Mining Claim Primer

This section will seem overly simplistic to someone in the mining business. However, this is an attempt to define basic mining-claim terminology for the layman.

See Mining Claim Links for various state and Federal statutes.


The US Government (or in some cases a State) has issued a patent on an unpatented mining claim or group of claims.  Once a mining claim patent is issued, the Patentee (claim owner or owners) then owns 100% of the lands specified in the patent document.  The land is then private property, and can be sold, leased, built on, or mined. As with most other private property, the seller can sell the surface and minerals, and can sell them separately.

A mining claim patent however does not always include all of the lands within the boundaries of the claim.  These exceptions to the patent should be spelled out in the Patent document, and may be indicated on the Mineral Survey Plat.  For instance, in an extreme example, a patent of a 10 acre claim might only convey to the Patentee a few acres or a portion of an acre, because the remaining land had already been appropriated.

Presently there is a moratorium on the patenting of mining claims, which is unlikely to be rescinded.  Prior to the moratorium, patenting of a mining claim was extremely difficult, rare, and costly.  Claims were only patented if a valid mineral discovery was proven, often at a cost of hundreds of thousands of dollars.

Early claims were generally 300 feet wide by 1500 feet long (10.66 acres). More recently, patented claims were generally 600 feet wide by 1500 feet long.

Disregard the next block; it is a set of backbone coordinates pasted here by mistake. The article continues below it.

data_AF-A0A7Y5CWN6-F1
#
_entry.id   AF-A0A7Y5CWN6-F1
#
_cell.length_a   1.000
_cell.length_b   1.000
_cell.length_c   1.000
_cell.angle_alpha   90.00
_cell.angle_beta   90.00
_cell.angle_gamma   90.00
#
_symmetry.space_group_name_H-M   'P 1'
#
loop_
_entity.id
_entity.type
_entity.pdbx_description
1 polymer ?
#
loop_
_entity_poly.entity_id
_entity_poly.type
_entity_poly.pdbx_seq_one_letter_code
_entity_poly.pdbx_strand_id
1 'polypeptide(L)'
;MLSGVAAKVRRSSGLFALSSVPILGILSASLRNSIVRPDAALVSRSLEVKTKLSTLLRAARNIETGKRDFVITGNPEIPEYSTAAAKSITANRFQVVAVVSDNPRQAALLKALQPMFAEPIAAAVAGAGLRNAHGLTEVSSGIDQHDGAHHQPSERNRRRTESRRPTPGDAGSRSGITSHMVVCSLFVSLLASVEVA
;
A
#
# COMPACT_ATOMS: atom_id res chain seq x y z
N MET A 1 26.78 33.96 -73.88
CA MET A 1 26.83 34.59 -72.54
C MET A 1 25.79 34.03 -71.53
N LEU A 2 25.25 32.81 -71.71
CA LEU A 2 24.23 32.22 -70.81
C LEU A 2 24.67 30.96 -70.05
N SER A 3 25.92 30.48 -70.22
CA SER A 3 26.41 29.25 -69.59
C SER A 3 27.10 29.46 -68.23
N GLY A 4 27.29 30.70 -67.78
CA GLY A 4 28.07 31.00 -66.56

One of the requirements to “prove up” an unpatented mining claim, prior to being granted a patent, is a “Mineral Survey”. A Mineral Survey Plat is generally the best representation of where a claim lies and may also describe the exclusions, i.e. the portions of the claims not conveyed per the patent.  The Registered Mineral Surveyor who performed the mineral survey will also file his field notes of the Mineral Survey, which may provide information not found on the Mineral Survey Plat.  Mineral Surveys of most patented mining claims in Colorado were done in the late 1800’s or early 1900’s, consequently there are often inaccuracies due to terrain, and the equipment used.  Many surveys were made with a solar compass (google for a photo). Distance was measure by a chain or tape or triangulation.  Often the survey tie for the claim was to a Mineral Monument; some which were miles distant, also resulting in inaccuracies due to terrain and to the tie method.